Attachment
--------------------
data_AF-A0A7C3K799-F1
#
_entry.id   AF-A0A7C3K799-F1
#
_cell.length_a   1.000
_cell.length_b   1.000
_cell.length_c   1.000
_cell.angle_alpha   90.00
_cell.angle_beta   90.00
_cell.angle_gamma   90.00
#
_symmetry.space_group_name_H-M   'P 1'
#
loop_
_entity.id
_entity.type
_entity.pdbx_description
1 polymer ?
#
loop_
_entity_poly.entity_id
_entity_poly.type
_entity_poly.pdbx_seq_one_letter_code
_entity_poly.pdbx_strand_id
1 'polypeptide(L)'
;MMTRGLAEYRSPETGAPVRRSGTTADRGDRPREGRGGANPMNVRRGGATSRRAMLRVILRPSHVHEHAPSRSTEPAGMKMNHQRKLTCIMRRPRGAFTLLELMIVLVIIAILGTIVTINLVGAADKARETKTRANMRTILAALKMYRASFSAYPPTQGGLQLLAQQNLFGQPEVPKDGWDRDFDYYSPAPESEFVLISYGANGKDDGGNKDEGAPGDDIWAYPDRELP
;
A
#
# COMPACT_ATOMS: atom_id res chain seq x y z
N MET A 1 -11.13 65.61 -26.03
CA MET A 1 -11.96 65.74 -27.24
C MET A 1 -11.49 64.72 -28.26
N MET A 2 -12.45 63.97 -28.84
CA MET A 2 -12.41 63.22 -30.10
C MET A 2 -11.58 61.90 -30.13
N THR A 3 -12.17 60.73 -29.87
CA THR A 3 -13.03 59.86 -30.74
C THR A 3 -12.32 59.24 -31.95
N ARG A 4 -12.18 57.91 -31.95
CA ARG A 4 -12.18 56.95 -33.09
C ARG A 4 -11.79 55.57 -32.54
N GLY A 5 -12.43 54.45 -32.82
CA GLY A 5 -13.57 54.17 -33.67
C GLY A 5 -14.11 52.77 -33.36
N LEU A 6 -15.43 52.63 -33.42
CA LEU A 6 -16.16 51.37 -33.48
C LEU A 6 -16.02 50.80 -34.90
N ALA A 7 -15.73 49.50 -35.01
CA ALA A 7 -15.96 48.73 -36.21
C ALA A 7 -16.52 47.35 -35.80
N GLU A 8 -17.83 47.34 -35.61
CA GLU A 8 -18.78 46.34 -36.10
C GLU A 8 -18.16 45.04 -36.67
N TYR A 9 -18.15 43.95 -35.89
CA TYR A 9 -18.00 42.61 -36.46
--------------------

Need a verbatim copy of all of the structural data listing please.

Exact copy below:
data_AF-A0A7C3K799-F1
#
_entry.id   AF-A0A7C3K799-F1
#
_cell.length_a   1.000
_cell.length_b   1.000
_cell.length_c   1.000
_cell.angle_alpha   90.00
_cell.angle_beta   90.00
_cell.angle_gamma   90.00
#
_symmetry.space_group_name_H-M   'P 1'
#
loop_
_entity.id
_entity.type
_entity.pdbx_description
1 polymer ?
#
loop_
_entity_poly.entity_id
_entity_poly.type
_entity_poly.pdbx_seq_one_letter_code
_entity_poly.pdbx_strand_id
1 'polypeptide(L)'
;MMTRGLAEYRSPETGAPVRRSGTTADRGDRPREGRGGANPMNVRRGGATSRRAMLRVILRPSHVHEHAPSRSTEPAGMKMNHQRKLTCIMRRPRGAFTLLELMIVLVIIAILGTIVTINLVGAADKARETKTRANMRTILAALKMYRASFSAYPPTQGGLQLLAQQNLFGQPEVPKDGWDRDFDYYSPAPESEFVLISYGANGKDDGGNKDEGAPGDDIWAYPDRELP
;
A
#
# COMPACT_ATOMS: atom_id res chain seq x y z
N MET A 1 -11.13 65.61 -26.03
CA MET A 1 -11.96 65.74 -27.24
C MET A 1 -11.49 64.72 -28.26
N MET A 2 -12.45 63.97 -28.84
CA MET A 2 -12.41 63.22 -30.10
C MET A 2 -11.58 61.90 -30.13
N THR A 3 -12.17 60.73 -29.87
CA THR A 3 -13.03 59.86 -30.74
C THR A 3 -12.32 59.24 -31.95
N ARG A 4 -12.18 57.91 -31.95
CA ARG A 4 -12.18 56.95 -33.09
C ARG A 4 -11.79 55.57 -32.54
N GLY A 5 -12.43 54.45 -32.82
CA GLY A 5 -13.57 54.17 -33.67
C GLY A 5 -14.11 52.77 -33.36
N LEU A 6 -15.43 52.63 -33.42
CA LEU A 6 -16.16 51.37 -33.48
C LEU A 6 -16.02 50.80 -34.90
N ALA A 7 -15.73 49.50 -35.01
CA ALA A 7 -15.96 48.73 -36.21
C ALA A 7 -16.52 47.35 -35.80
N GLU A 8 -17.83 47.34 -35.61
CA GLU A 8 -18.78 46.34 -36.10
C GLU A 8 -18.16 45.04 -36.67
N TYR A 9 -18.15 43.95 -35.89
CA TYR A 9 -18.00 42.61 -36.46